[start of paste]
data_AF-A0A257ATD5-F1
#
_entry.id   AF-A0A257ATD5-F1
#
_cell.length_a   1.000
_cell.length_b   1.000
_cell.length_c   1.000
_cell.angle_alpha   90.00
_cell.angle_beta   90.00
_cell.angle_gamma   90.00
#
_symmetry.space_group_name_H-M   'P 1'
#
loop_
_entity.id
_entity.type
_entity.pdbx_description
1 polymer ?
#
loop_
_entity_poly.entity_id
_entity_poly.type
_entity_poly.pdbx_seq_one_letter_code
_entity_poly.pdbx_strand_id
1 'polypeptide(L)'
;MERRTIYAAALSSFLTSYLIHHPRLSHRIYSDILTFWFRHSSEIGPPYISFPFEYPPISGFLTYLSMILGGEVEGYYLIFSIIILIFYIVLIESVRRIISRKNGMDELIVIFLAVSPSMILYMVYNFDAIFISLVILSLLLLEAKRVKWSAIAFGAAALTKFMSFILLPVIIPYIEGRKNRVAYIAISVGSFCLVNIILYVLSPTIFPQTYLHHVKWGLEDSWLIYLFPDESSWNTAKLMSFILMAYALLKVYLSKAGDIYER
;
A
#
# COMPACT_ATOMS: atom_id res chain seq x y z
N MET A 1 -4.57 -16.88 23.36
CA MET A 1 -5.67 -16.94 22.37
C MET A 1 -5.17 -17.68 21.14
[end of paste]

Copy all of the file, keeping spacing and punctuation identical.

data_AF-A0A257ATD5-F1
#
_entry.id   AF-A0A257ATD5-F1
#
_cell.length_a   1.000
_cell.length_b   1.000
_cell.length_c   1.000
_cell.angle_alpha   90.00
_cell.angle_beta   90.00
_cell.angle_gamma   90.00
#
_symmetry.space_group_name_H-M   'P 1'
#
loop_
_entity.id
_entity.type
_entity.pdbx_description
1 polymer ?
#
loop_
_entity_poly.entity_id
_entity_poly.type
_entity_poly.pdbx_seq_one_letter_code
_entity_poly.pdbx_strand_id
1 'polypeptide(L)'
;MERRTIYAAALSSFLTSYLIHHPRLSHRIYSDILTFWFRHSSEIGPPYISFPFEYPPISGFLTYLSMILGGEVEGYYLIFSIIILIFYIVLIESVRRIISRKNGMDELIVIFLAVSPSMILYMVYNFDAIFISLVILSLLLLEAKRVKWSAIAFGAAALTKFMSFILLPVIIPYIEGRKNRVAYIAISVGSFCLVNIILYVLSPTIFPQTYLHHVKWGLEDSWLIYLFPDESSWNTAKLMSFILMAYALLKVYLSKAGDIYER
;
A
#
# COMPACT_ATOMS: atom_id res chain seq x y z
N MET A 1 -4.57 -16.88 23.36
CA MET A 1 -5.67 -16.94 22.37
C MET A 1 -5.17 -17.68 21.14